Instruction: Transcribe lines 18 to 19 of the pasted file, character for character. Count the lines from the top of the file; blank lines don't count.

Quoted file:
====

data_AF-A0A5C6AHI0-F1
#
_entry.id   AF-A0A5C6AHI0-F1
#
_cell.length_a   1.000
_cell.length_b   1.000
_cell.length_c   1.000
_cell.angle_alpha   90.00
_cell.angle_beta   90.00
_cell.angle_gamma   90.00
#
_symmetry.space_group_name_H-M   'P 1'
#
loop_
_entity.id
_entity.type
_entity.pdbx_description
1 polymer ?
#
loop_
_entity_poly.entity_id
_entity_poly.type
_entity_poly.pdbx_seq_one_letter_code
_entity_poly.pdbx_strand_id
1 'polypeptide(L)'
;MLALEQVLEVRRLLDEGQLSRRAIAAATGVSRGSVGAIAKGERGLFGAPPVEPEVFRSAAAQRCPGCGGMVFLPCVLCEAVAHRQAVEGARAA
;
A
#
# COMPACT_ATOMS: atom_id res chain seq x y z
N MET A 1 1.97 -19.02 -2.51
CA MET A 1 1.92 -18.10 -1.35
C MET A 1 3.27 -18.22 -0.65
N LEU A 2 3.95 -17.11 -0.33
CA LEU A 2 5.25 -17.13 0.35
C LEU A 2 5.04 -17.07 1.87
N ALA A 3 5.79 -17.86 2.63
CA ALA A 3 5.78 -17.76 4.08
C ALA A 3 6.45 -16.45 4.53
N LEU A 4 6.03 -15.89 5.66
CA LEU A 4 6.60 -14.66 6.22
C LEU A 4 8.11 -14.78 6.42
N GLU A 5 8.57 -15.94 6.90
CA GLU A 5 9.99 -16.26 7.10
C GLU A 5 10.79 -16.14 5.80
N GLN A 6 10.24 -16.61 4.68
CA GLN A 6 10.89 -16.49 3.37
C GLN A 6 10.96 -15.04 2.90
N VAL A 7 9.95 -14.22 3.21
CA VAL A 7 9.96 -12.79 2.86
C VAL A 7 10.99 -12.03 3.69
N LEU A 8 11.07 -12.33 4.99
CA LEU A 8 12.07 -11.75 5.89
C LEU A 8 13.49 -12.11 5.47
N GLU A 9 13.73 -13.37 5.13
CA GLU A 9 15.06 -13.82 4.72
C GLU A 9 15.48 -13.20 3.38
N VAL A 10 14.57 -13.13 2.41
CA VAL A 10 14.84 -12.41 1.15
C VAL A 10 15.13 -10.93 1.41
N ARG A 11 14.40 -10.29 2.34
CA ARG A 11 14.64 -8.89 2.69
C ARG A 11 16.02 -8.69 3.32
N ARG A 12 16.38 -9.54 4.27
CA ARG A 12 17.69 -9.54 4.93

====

1 polymer ?
#